The play was imaginatively directed by by Joe Dowling. Incredible set by Todd Rosenthal and costumes by Fabio Toblini. Incidental music by Keith Thomas. What a great group!


The principal actors were Edward O'Blenis as Theseus/Oberon, Alexandra Silber as Hippolyta/Titania, Sam Kebede as Philostrate/Puck, Tyrone Phillips as Lysander, Melissa Solodad-Pereyra as Hermia, Eric Schabla as Demetrius, and Christina Panfilio as Helena. There were all excellent!

Image result for alexandra silber photos

       Image result for midsummer night's dream in nyc in 1950s at the old met opera house

I first saw the play in about 1950 at the Old Metropolitan Opera House on Broadway and 39th Street. It was presented by the Royal Shakespeare Company and the Sadlers-Wells Ballet (later the Royal Ballet). It starred Moira Shearer as Titania and Robert Helpman as Oberon. It was magical! I later saw it as a ballet at the New York City Ballet in Lincoln Center. At the end of this production Puck was whisked up into the flies on the last note of music. Thrilling!

Last night's performance was a dream. Beautifully acted and sung, when necessary. One of the best I have seen at Chicago Shakespeare.

Tuesday, December 4, 2018

Verdi at its best

Last night was a time for lusty singing at Chicago Lyric! A  wonderful cast presented Verdi's Il Trovatore

It's a pot-boiler of a story but when sung like this raises the hair on the back of your head. 

Roberto Tagliavini was the first voice to be heard as Ferrando and set the standard for the rest of the evening with a large, handsome voice.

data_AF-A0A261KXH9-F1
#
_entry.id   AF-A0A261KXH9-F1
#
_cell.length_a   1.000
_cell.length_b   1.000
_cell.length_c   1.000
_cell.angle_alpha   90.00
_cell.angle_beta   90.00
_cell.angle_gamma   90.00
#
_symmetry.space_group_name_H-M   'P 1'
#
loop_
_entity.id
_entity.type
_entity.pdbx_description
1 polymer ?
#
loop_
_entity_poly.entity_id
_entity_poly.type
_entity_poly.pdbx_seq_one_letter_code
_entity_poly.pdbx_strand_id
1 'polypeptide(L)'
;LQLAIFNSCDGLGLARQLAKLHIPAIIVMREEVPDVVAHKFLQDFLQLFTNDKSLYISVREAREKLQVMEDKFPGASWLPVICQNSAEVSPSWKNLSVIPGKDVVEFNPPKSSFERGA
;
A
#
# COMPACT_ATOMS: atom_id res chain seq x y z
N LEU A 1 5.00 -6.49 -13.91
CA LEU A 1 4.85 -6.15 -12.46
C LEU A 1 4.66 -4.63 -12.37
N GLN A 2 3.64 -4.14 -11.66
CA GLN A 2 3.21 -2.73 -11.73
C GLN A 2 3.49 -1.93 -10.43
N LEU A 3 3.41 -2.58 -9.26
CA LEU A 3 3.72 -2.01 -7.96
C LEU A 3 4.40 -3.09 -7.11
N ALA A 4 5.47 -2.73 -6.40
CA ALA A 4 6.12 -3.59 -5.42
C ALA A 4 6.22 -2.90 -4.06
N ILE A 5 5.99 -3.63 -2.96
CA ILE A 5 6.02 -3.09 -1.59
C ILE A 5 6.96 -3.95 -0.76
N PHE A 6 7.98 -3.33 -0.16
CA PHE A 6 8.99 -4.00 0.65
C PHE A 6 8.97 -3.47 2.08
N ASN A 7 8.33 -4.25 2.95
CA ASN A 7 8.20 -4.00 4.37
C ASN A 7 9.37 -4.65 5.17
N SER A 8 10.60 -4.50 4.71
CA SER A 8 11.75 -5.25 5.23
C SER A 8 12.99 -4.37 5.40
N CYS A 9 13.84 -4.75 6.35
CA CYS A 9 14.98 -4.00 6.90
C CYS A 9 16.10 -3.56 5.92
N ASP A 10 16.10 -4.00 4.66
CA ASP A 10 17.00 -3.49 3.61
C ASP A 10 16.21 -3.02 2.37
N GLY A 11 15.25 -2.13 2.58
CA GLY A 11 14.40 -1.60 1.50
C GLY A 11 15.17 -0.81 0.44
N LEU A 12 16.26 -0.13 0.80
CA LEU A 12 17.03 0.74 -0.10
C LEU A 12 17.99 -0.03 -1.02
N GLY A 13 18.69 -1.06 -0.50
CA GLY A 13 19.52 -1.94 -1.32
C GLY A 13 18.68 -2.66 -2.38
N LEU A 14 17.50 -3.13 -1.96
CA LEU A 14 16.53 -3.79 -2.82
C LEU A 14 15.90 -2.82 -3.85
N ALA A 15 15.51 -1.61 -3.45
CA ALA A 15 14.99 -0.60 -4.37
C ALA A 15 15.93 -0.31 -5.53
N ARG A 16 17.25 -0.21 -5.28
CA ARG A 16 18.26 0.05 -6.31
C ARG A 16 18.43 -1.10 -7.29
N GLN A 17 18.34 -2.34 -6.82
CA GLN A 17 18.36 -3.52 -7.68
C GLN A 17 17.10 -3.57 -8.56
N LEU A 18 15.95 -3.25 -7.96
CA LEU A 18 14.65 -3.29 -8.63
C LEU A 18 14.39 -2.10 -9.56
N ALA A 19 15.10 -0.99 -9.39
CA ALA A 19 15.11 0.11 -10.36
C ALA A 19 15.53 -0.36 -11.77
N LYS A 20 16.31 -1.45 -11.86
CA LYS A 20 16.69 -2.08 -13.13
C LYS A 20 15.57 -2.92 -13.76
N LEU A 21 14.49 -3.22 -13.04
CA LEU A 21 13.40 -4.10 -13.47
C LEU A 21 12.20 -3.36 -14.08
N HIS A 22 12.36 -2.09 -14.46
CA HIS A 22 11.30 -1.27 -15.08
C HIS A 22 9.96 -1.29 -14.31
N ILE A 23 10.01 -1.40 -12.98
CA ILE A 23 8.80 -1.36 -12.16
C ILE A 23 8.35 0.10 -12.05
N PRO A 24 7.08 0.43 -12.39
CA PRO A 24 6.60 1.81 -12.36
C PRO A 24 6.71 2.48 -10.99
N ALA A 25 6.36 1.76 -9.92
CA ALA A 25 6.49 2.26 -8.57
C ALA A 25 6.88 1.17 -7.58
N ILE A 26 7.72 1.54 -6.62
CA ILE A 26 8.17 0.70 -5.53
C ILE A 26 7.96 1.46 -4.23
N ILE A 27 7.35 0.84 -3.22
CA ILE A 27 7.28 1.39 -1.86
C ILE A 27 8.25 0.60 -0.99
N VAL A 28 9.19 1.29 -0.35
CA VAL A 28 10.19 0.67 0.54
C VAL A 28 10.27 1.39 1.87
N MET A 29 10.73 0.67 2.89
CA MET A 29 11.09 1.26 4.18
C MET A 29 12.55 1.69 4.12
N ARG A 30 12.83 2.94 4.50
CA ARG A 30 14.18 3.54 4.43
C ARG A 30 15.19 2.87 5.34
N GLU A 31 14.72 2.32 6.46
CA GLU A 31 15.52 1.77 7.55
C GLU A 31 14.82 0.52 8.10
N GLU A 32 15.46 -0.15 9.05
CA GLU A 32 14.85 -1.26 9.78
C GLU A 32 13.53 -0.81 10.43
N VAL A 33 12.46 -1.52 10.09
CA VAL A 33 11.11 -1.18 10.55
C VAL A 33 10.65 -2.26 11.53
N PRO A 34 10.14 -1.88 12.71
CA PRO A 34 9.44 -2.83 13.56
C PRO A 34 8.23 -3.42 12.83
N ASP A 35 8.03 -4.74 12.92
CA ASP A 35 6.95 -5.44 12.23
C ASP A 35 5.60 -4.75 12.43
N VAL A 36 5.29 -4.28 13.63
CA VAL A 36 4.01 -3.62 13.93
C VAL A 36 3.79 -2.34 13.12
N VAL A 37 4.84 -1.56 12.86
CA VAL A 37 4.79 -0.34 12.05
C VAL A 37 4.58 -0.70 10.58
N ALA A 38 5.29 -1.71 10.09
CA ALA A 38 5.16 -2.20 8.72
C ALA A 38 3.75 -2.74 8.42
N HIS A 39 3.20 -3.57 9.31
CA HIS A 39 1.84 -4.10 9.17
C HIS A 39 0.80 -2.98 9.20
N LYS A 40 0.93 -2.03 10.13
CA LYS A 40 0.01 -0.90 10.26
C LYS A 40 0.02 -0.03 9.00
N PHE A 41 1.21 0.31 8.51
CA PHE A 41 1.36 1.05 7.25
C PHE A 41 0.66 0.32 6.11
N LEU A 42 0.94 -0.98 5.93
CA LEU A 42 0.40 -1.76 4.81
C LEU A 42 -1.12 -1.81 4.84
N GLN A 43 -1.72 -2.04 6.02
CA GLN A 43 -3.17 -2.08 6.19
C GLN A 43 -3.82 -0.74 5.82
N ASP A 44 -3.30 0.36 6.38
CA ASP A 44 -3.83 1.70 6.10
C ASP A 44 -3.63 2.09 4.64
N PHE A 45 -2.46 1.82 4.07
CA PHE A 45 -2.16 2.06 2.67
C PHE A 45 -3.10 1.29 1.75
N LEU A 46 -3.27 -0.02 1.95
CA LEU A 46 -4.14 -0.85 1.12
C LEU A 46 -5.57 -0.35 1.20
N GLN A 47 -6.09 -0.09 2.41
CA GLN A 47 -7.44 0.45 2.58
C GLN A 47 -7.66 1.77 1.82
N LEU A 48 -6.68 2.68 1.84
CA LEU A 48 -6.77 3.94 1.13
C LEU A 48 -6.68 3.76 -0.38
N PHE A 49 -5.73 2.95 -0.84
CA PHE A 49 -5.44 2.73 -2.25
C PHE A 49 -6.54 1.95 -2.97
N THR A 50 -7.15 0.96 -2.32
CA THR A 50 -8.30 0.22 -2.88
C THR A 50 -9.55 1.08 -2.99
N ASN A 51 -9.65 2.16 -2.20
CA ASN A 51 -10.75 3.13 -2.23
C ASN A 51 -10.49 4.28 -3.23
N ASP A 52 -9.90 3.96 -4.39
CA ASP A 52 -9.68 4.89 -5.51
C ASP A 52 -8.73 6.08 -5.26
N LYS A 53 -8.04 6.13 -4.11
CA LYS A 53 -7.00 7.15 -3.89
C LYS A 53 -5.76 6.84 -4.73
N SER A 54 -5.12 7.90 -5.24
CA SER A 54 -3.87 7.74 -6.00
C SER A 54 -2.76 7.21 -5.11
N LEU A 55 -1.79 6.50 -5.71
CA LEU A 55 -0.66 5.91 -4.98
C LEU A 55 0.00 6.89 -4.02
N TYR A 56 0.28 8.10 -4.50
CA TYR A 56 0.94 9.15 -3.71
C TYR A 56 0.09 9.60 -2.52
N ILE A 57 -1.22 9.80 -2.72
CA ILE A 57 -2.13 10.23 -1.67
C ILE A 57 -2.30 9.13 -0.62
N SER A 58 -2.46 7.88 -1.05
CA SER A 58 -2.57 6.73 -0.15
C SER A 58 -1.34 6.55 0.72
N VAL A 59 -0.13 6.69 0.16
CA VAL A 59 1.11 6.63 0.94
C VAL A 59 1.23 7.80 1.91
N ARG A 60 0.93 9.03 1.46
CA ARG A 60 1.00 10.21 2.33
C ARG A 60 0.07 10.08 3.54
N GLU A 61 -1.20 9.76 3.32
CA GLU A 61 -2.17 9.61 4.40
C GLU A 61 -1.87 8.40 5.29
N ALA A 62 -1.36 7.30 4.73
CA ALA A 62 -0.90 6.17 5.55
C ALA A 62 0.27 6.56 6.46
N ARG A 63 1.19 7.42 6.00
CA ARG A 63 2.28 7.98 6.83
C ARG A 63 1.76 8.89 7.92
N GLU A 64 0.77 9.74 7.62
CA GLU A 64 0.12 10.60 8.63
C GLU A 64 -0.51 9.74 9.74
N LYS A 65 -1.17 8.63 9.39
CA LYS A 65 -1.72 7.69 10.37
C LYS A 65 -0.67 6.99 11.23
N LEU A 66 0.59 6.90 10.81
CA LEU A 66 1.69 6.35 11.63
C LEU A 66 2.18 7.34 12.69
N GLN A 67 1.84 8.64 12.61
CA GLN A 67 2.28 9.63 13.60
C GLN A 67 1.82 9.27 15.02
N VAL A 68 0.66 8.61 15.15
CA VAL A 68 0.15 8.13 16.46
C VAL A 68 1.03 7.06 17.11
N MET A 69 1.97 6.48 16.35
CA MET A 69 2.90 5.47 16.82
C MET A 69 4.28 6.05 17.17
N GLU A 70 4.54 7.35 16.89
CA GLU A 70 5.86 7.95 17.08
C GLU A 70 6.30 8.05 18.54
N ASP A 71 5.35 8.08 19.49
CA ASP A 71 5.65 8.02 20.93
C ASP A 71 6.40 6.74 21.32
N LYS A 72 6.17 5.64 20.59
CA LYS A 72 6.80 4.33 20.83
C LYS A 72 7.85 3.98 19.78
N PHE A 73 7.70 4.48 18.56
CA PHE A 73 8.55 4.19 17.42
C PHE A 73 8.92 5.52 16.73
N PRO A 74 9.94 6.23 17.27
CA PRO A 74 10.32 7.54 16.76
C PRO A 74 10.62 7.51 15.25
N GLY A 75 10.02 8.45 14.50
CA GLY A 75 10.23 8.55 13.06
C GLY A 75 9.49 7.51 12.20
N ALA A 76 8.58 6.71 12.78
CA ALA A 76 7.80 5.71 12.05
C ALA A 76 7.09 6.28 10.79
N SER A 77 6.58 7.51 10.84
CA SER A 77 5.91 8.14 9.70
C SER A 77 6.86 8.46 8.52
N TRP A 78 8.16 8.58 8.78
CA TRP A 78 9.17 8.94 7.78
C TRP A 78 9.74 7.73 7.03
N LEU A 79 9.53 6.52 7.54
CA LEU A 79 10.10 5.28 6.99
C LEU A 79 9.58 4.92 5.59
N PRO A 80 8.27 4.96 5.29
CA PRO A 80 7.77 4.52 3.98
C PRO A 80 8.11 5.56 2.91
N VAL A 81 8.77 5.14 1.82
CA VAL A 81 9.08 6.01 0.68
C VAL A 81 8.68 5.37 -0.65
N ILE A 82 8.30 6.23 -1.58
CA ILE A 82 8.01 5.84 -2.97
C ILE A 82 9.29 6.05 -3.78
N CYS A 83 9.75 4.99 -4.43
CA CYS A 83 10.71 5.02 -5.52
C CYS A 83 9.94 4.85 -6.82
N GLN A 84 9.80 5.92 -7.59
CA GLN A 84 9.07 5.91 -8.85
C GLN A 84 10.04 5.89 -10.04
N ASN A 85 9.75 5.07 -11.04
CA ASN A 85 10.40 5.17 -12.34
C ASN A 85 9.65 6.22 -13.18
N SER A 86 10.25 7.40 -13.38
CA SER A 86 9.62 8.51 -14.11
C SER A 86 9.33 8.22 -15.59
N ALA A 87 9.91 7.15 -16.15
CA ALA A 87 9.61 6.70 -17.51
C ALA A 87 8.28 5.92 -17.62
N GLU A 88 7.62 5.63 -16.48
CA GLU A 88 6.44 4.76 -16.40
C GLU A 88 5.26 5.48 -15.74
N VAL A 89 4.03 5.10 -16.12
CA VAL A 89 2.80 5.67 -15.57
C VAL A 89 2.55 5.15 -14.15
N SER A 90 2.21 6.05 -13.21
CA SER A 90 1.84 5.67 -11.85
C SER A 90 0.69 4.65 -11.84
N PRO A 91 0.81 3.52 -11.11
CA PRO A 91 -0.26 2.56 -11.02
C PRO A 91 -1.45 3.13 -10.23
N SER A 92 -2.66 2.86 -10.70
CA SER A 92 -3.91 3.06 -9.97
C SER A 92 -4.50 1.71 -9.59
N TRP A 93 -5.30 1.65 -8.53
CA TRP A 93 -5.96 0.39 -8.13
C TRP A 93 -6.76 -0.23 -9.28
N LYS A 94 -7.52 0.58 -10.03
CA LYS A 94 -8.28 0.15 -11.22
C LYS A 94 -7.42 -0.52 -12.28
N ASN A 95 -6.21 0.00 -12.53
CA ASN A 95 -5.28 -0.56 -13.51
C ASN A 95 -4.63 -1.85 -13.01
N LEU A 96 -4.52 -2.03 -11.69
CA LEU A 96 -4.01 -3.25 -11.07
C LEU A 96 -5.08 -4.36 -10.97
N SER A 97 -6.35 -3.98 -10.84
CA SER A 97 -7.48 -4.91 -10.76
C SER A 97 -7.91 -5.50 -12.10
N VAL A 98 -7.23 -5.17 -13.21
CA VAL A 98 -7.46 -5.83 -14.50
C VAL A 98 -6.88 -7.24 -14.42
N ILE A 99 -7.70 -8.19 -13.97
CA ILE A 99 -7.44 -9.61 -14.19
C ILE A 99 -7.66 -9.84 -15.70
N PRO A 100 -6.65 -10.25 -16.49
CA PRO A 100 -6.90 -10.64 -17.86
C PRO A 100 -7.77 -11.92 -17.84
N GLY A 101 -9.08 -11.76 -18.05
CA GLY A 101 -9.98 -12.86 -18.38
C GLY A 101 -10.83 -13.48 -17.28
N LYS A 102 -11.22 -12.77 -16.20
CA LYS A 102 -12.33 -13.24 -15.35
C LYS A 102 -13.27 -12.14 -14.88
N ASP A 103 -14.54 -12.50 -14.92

Tamara Wilson as Leonora was magnificent. High, low, loud, soft, she could do it all with ease and beauty. Her soft, high pianisimos  were breath-taking.

Photo: Claire McAdams

Arthur Rucinski as Count di Luna was equally fine. A beautiful baritone voice who sang the role with ease.


Russell Thomas was Manrico; an excellent tenor who soared to the heights.

And Jamie Barton who sang the role of Asucena. A huge voice with an amazing lower register.

As usual the anvil chorus stole the scene but the entire work was presented with vigor and musical clarity.

I loved it! 

I was not able to get photos of some of the artists. Sorry!

Wednesday, November 28, 2018

Double Header!

Monday night David and I were thrilled to be totally engulfed in the music of J.S. Bach as presented by the amazing Jane Glover and Music of the Baroque.

The occasion was Bach's Christmas Oratorio, six cantatas that were written for the days after Christmas and first presented in the Nikolaikirche in Leipzig. John and I were in that church in 1975 for a  concert given by Wilhelm Hoffman, one of Bach's successors in the position. 

It is a remarkable work and was presented with Ms. Glover's usual artistry and vigor. She is a miracle. So  completely musical that she involves everyone about her, the chorus, the orchestra, the audience in a complete understanding of the work.

The soloists were Yulia Van Doren, soprano, Elisabeth DeShong, mezzo-soprano, Thomas Cooley, tenor, and Tyler Duncan, baritone.

I have heard Ms Van Doren previously and commented on her singing.

Yulia Van Doren credit Daniel Iannini.jpeg

Ms. De Shong has a rich mezzo voice with a wide range and sang with great beauty and energy.

Mr. Cooley has a tenor voice that still has a good low range as well as an easy top.

Thomas_Cooley credit Paul Foster-Williams.jpg

Mr. Duncan has a very expressive, fine baritone and sang extremely well.

But I must give all accolades to Ms. Glover. She is the best choral conductor I have ever heard; and I have heard and sung under the greats!



From the sublime to the ridiculous!

Tuesday night we saw The Book of Mormon which we saw several years ago and enjoyed. They should sub-title this 'Part Two' since it is a completely different show.

It is loud, crass, and boring! I hated it!!